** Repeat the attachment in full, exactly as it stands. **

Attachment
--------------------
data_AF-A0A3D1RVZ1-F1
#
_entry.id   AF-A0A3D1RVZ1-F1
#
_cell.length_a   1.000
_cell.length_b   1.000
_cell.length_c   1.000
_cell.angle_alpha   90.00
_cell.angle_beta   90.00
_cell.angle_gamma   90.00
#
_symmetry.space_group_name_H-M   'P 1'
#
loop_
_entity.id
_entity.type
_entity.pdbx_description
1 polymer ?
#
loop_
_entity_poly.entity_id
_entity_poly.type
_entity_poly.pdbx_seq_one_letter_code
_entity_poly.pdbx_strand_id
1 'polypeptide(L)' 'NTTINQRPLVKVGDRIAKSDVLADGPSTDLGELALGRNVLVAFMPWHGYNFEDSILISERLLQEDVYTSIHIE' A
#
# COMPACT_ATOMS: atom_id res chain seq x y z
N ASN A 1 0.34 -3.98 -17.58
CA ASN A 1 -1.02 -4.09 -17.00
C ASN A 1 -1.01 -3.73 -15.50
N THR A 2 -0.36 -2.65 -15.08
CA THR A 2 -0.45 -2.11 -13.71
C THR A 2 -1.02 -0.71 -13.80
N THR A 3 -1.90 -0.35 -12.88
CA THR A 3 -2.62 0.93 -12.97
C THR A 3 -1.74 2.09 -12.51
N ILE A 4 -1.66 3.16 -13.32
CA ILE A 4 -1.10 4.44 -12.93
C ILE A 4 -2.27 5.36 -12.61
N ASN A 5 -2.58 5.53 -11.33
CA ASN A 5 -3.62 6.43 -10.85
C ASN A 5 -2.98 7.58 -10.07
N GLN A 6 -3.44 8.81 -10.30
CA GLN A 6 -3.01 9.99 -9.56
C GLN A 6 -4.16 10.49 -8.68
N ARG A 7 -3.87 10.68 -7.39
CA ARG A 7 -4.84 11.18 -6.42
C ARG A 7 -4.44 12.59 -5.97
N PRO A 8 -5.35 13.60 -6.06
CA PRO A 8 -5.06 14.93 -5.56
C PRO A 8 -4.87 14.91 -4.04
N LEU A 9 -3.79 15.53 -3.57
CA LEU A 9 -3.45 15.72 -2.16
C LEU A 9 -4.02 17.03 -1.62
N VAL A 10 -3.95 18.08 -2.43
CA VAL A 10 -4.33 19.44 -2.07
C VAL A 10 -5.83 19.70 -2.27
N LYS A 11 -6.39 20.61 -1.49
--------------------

data_AF-A0A3D1RVZ1-F1
#
_entry.id   AF-A0A3D1RVZ1-F1
#
_cell.length_a   1.000
_cell.length_b   1.000
_cell.length_c   1.000
_cell.angle_alpha   90.00
_cell.angle_beta   90.00
_cell.angle_gamma   90.00
#
_symmetry.space_group_name_H-M   'P 1'
#
loop_
_entity.id
_entity.type
_entity.pdbx_description
1 polymer ?
#
loop_
_entity_poly.entity_id
_entity_poly.type
_entity_poly.pdbx_seq_one_letter_code
_entity_poly.pdbx_strand_id
1 'polypeptide(L)' 'NTTINQRPLVKVGDRIAKSDVLADGPSTDLGELALGRNVLVAFMPWHGYNFEDSILISERLLQEDVYTSIHIE' A
#
# COMPACT_ATOMS: atom_id res chain seq x y z
N ASN A 1 0.34 -3.98 -17.58
CA ASN A 1 -1.02 -4.09 -17.00
C ASN A 1 -1.01 -3.73 -15.50
N THR A 2 -0.36 -2.65 -15.08
CA THR A 2 -0.45 -2.11 -13.71
C THR A 2 -1.02 -0.71 -13.80
N THR A 3 -1.90 -0.35 -12.88
CA THR A 3 -2.62 0.93 -12.97
C THR A 3 -1.74 2.09 -12.51
N ILE A 4 -1.66 3.16 -13.32
CA ILE A 4 -1.10 4.44 -12.93
C ILE A 4 -2.27 5.36 -12.61
N ASN A 5 -2.58 5.53 -11.33
CA ASN A 5 -3.62 6.43 -10.85
C ASN A 5 -2.98 7.58 -10.07
N GLN A 6 -3.44 8.81 -10.30
CA GLN A 6 -3.01 9.99 -9.56
C GLN A 6 -4.16 10.49 -8.68
N ARG A 7 -3.87 10.68 -7.39
CA ARG A 7 -4.84 11.18 -6.42
C ARG A 7 -4.44 12.59 -5.97
N PRO A 8 -5.35 13.60 -6.06
CA PRO A 8 -5.06 14.93 -5.56
C PRO A 8 -4.87 14.91 -4.04
N LEU A 9 -3.79 15.53 -3.57
CA LEU A 9 -3.45 15.72 -2.16
C LEU A 9 -4.02 17.03 -1.62
N VAL A 10 -3.95 18.08 -2.43
CA VAL A 10 -4.33 19.44 -2.07
C VAL A 10 -5.83 19.70 -2.27
N LYS A 11 -6.39 20.61 -1.49